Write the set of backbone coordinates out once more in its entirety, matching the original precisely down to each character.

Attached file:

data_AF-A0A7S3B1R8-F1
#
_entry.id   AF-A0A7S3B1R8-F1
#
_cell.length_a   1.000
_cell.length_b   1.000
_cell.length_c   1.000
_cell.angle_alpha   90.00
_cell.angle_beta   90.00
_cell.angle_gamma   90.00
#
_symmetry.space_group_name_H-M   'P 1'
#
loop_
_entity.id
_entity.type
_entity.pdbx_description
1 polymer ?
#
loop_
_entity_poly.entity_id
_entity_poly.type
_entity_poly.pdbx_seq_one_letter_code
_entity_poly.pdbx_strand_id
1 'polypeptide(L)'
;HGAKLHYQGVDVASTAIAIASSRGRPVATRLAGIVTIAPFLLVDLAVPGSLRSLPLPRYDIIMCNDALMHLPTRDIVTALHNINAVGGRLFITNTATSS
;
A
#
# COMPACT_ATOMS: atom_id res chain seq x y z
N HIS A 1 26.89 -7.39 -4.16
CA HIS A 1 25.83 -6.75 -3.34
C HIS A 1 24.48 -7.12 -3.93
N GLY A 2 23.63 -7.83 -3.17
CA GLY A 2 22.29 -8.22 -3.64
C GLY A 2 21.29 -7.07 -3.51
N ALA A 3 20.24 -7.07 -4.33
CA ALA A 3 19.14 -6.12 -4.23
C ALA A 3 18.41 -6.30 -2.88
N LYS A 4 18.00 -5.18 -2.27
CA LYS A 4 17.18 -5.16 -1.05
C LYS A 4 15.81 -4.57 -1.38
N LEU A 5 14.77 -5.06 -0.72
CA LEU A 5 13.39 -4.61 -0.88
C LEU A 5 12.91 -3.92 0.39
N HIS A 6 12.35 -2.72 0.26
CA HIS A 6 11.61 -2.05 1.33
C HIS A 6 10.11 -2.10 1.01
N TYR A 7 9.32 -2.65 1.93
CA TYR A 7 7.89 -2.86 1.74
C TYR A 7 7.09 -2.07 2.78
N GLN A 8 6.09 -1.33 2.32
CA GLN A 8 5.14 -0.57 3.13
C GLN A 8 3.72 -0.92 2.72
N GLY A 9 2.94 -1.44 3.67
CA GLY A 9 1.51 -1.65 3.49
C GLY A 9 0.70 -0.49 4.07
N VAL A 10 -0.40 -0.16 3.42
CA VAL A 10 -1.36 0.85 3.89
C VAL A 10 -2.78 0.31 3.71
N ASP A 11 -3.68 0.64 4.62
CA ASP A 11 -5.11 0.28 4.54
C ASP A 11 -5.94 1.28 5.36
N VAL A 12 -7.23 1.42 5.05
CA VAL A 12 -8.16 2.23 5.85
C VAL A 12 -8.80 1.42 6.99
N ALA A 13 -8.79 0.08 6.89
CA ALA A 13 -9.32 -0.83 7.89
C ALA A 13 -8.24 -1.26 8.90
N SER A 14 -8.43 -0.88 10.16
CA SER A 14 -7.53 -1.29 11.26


data_AF-A0A7S3B1R8-F1
#
_entry.id   AF-A0A7S3B1R8-F1
#
_cell.length_a   1.000
_cell.length_b   1.000
_cell.length_c   1.000
_cell.angle_alpha   90.00
_cell.angle_beta   90.00
_cell.angle_gamma   90.00
#
_symmetry.space_group_name_H-M   'P 1'
#
loop_
_entity.id
_entity.type
_entity.pdbx_description
1 polymer ?
#
loop_
_entity_poly.entity_id
_entity_poly.type
_entity_poly.pdbx_seq_one_letter_code
_entity_poly.pdbx_strand_id
1 'polypeptide(L)'
;HGAKLHYQGVDVASTAIAIASSRGRPVATRLAGIVTIAPFLLVDLAVPGSLRSLPLPRYDIIMCNDALMHLPTRDIVTALHNINAVGGRLFITNTATSS
;
A
#
# COMPACT_ATOMS: atom_id res chain seq x y z
N HIS A 1 26.89 -7.39 -4.16
CA HIS A 1 25.83 -6.75 -3.34
C HIS A 1 24.48 -7.12 -3.93
N GLY A 2 23.63 -7.83 -3.17
CA GLY A 2 22.29 -8.22 -3.64
C GLY A 2 21.29 -7.07 -3.51
N ALA A 3 20.24 -7.07 -4.33
CA ALA A 3 19.14 -6.12 -4.23
C ALA A 3 18.41 -6.30 -2.88
N LYS A 4 18.00 -5.18 -2.27
CA LYS A 4 17.18 -5.16 -1.05
C LYS A 4 15.81 -4.57 -1.38
N LEU A 5 14.77 -5.06 -0.72
CA LEU A 5 13.39 -4.61 -0.88
C LEU A 5 12.91 -3.92 0.39
N HIS A 6 12.35 -2.72 0.26
CA HIS A 6 11.61 -2.05 1.33
C HIS A 6 10.11 -2.10 1.01
N TYR A 7 9.32 -2.65 1.93
CA TYR A 7 7.89 -2.86 1.74
C TYR A 7 7.09 -2.07 2.78
N GLN A 8 6.09 -1.33 2.32
CA GLN A 8 5.14 -0.57 3.13
C GLN A 8 3.72 -0.92 2.72
N GLY A 9 2.94 -1.44 3.67
CA GLY A 9 1.51 -1.65 3.49
C GLY A 9 0.70 -0.49 4.07
N VAL A 10 -0.40 -0.16 3.42
CA VAL A 10 -1.36 0.85 3.89
C VAL A 10 -2.78 0.31 3.71
N ASP A 11 -3.68 0.64 4.62
CA ASP A 11 -5.11 0.28 4.54
C ASP A 11 -5.94 1.28 5.36
N VAL A 12 -7.23 1.42 5.05
CA VAL A 12 -8.16 2.23 5.85
C VAL A 12 -8.80 1.42 6.99
N ALA A 13 -8.79 0.08 6.89
CA ALA A 13 -9.32 -0.83 7.89
C ALA A 13 -8.24 -1.26 8.90
N SER A 14 -8.43 -0.88 10.16
CA SER A 14 -7.53 -1.29 11.26